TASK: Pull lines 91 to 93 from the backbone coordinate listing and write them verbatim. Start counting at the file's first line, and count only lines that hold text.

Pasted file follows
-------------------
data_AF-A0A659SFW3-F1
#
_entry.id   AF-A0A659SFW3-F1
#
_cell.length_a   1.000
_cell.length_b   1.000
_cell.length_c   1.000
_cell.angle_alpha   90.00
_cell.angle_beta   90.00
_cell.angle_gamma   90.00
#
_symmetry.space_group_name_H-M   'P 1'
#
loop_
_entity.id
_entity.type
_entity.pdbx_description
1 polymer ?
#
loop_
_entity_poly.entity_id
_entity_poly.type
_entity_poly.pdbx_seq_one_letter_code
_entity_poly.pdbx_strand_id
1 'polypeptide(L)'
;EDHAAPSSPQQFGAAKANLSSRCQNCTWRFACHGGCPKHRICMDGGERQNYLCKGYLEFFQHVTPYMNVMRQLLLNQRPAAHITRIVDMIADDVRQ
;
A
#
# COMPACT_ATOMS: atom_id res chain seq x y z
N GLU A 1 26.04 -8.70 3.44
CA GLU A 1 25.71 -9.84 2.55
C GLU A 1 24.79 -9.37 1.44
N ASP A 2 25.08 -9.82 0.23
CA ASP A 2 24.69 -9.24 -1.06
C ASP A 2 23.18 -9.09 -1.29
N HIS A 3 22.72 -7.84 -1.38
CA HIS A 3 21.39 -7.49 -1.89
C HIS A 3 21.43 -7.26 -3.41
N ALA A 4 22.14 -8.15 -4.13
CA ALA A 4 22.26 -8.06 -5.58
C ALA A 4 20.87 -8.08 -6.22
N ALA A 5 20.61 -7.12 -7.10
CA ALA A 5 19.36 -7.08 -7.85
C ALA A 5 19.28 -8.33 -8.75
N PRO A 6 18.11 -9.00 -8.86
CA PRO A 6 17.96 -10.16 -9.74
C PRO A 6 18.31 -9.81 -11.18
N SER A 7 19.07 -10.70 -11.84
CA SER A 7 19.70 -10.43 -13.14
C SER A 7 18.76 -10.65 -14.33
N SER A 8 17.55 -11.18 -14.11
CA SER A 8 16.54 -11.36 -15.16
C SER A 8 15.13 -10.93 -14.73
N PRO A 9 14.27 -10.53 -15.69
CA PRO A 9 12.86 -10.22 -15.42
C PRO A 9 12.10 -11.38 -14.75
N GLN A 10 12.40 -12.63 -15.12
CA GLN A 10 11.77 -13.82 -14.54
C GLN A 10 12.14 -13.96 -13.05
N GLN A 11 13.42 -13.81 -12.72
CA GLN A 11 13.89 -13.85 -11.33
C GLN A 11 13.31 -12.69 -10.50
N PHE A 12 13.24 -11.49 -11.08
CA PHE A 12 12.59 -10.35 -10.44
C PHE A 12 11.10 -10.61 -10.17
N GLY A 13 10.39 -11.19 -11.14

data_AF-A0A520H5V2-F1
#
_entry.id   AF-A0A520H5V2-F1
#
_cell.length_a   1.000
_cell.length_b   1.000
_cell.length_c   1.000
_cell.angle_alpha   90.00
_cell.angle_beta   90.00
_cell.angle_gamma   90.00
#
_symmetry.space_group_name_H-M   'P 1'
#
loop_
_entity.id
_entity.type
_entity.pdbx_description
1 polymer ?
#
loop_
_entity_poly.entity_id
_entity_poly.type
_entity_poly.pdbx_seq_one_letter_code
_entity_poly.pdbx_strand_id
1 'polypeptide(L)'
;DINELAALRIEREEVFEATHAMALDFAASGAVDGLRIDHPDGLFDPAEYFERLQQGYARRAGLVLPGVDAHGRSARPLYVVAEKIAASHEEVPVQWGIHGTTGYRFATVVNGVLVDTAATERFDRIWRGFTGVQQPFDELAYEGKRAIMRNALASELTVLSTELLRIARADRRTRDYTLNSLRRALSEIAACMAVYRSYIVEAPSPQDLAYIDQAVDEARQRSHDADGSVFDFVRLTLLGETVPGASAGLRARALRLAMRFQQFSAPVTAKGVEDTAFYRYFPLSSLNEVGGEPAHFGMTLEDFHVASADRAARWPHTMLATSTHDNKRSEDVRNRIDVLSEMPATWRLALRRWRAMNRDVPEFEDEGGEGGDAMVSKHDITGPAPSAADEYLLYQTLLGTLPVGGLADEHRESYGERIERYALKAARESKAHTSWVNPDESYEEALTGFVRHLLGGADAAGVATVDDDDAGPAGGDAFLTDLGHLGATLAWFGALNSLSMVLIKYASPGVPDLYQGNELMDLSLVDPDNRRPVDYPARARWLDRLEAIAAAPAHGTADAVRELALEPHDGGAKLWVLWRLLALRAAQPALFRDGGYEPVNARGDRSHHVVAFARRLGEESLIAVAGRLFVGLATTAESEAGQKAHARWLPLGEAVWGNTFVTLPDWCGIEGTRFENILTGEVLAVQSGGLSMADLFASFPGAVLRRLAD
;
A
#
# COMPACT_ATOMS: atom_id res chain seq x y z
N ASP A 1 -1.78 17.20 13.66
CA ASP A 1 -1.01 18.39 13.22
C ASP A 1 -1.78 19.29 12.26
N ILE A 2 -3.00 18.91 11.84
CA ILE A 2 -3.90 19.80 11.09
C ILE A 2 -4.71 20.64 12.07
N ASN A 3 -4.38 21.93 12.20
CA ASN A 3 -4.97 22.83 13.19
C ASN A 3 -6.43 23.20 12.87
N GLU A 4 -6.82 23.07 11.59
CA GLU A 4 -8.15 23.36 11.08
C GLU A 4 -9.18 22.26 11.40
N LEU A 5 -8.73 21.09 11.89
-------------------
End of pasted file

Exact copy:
_entity_poly.pdbx_strand_id
1 'polypeptide(L)'
;DINELAALRIEREEVFEATHAMALDFAASGAVDGLRIDHPDGLFDPAEYFERLQQGYARRAGLVLPGVDAHGRSARPLYVVAEKIAASHEEVPVQWGIHGTTGYRFATVVNGVLVDTAATERFDRIWRGFTGVQQPFDELAYEGKRAIMRNALASELTVLSTELLRIARADRRTRDYTLNSLRRALSEIAACMAVYRSYIVEAPSPQDLAYIDQAVDEARQRSHDADGSVFDFVRLTLLGETVPGASAGLRARALRLAMRFQQFSAPVTAKGVEDTAFYRYFPLSSLNEVGGEPAHFGMTLEDFHVASADRAARWPHTMLATSTHDNKRSEDVRNRIDVLSEMPATWRLALRRWRAMNRDVPEFEDEGGEGGDAMVSKHDITGPAPSAADEYLLYQTLLGTLPVGGLADEHRESYGERIERYALKAARESKAHTSWVNPDESYEEALTGFVRHLLGGADAAGVATVDDDDAGPAGGDAFLTDLGHLGATLAWFGALNSLSMVLIKYASPGVPDLYQGNELMDLSLVDPDNRRPVDYPARARWLDRLEAIAAAPAHGTADAVRELALEPHDGGAKLWVLWRLLALRAAQPALFRDGGYEPVNARGDRSHHVVAFARRLGEESLIAVAGRLFVGLATTAESEAGQKAHARWLPLGEAVWGNTFVTLPDWCGIEGTRFENILTGEVLAVQSGGLSMADLFASFPGAVLRRLAD